Will GOP Jews forgive Chris Christie?

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The New Jersey governor will face his fiercest Jewish critics Sunday.

 

New Jersey Gov. Chris Christie, the possible GOP presidential contender who raised the hackles of many a pro-Israel Republican with an off-the-cuff remark in March about the “occupied territories” of the West Bank, will get another chance to appeal to high-profile Jewish donors this Sunday.

Many see the earlier flap at the Republican Jewish Coalition’s leadership retreat in Las Vegas as water under the bridge, especially after Christie reportedly apologized to political donor, philanthropist and casino mogul Sheldon Adelson, who hosted the event, in a closed-door meeting. But others view what they consider a record of supporting New Jersey residents with ties to terrorist organizations as disqualifying the colorful governor from seeking the party’s support.


That’s what makes his appearance at the annual Champions of Jewish Values International Awards Gala in New York City so important, observers say, even as Rabbi Shmuley Boteach, whose This World: The Values Network is hosting the May 18 gathering, calls the event decidedly nonpolitical. Boteach, the media-savvy New Jersey rabbi and author who himself mounted an unsuccessful run for Congress in 2012, has amassed a panoply of heavy-hitting politicians and financiers, including Republican Gov. Rick Perry of Texas, freshman Sen. Corey Booker (D-N.J.), Israeli Ambassador Ron Dermer, Sheldon and Miriam Adelson, Judy and Michael Steinhardt, anti-genocide campaigner John Prendergast and actor-activist Sean Penn.

Among the most vocal individuals expressing distrust of Christie is Morton Klein, president of the Zionist Organization of America. He was in the audience at the Venetian Resort and Hotel when the governor described a “helicopter ride from the occupied territories” to “understand the military risk that Israel faces every day.”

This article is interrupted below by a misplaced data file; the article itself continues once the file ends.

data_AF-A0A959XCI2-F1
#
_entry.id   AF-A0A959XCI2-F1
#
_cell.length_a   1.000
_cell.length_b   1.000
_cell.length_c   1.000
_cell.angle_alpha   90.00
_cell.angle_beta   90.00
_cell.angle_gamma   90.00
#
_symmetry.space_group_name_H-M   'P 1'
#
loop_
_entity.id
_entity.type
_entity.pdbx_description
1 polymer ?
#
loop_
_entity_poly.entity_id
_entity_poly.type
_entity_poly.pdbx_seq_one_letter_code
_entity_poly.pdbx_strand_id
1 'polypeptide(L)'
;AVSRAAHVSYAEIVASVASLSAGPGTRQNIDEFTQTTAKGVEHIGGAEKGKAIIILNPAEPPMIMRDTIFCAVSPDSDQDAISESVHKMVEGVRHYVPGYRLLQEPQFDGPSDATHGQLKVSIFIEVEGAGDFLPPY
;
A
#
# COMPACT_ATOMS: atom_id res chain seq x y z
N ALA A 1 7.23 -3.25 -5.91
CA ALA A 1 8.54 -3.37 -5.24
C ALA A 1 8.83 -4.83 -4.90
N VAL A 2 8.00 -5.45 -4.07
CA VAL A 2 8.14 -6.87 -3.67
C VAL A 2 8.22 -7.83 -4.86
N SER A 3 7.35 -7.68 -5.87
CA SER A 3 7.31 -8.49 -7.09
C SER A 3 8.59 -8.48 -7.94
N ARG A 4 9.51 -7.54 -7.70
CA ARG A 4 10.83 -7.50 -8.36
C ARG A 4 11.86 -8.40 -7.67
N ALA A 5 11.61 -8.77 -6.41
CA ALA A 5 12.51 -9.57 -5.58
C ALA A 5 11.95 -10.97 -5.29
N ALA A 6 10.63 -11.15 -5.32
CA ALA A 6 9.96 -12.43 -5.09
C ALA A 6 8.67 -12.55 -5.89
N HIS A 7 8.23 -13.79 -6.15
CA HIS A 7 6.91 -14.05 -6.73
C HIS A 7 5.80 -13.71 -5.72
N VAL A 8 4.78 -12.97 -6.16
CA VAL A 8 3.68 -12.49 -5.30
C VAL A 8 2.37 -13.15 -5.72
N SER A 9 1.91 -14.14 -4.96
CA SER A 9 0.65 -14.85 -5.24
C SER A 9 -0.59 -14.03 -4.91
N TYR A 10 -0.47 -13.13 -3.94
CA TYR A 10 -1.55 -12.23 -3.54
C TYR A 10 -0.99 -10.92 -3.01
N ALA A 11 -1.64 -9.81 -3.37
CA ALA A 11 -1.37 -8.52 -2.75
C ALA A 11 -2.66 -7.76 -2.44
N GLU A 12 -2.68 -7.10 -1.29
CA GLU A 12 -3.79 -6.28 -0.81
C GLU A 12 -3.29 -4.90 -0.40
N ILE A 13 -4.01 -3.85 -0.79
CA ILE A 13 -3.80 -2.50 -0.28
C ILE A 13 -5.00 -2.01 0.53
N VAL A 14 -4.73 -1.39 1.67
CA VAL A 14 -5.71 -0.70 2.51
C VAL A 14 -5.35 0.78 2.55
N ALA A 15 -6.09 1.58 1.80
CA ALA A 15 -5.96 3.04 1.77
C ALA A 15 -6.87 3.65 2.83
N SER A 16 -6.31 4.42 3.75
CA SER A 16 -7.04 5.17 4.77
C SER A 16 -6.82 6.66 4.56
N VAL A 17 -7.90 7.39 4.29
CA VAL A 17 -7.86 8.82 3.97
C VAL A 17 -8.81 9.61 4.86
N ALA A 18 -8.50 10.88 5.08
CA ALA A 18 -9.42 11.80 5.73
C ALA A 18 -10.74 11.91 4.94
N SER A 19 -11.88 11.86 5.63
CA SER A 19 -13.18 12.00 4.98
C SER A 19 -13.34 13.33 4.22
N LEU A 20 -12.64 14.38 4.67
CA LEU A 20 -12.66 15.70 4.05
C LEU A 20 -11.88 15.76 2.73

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“It’s generally understood that these are at a minimum disputed territories, not occupied, and that Israel has a far greater claim to it politically, legally, historically and religious than the Arabs,” said Klein, who initially said he might boycott Boteach’s gathering this weekend over Christie’s appearance before reversing himself this week.

Christie reportedly told Adelson later that weekend that he “misspoke” in Vegas.


Although he accused Christie of being “rude, insensitive and [showing] a complete disinterest in the issue” when he followed the governor into a hallway behind the stage at the Venetian, Klein told Washington Jewish Week that he will attend the New York gala out of deference to Boteach and the Adelsons, whom he described as “close friends.” He clarified, however, that he won’t be applauding Christie.

“Everyone I spoke to — and I spoke to maybe a dozen people … we’re all horrified that he would use such a term [and] that his only response was, ‘I misspoke,’ ” Klein said of the “occupied territories” remark.

The rift, which has lined up a small cadre of conservative commentators and Republican donors against a Christie presidential candidacy, has created headaches for Boteach.

“I cannot tell you how much troubleshooting I’ve been doing trying to keep people under the same tent when each is objecting to the presence of the other,” said the rabbi, who ran as a Republican in New Jersey’s 9th congressional District on a family values platform. “It is remarkable.”

Boteach called the controversy just one example of how much more Americans now care about what people may think rather than their actions. He argued that Christie should be judged on his body of work, as opposed to just one comment, but added that he believes the governor to be sufficiently pro-Israel and friendly to the Jewish community.

“My issue with our current political climate, and this is a value statement as opposed to a political statement, is that it rejects values,” explained Boteach. “It’s not about what people do, it’s about what people say or believe.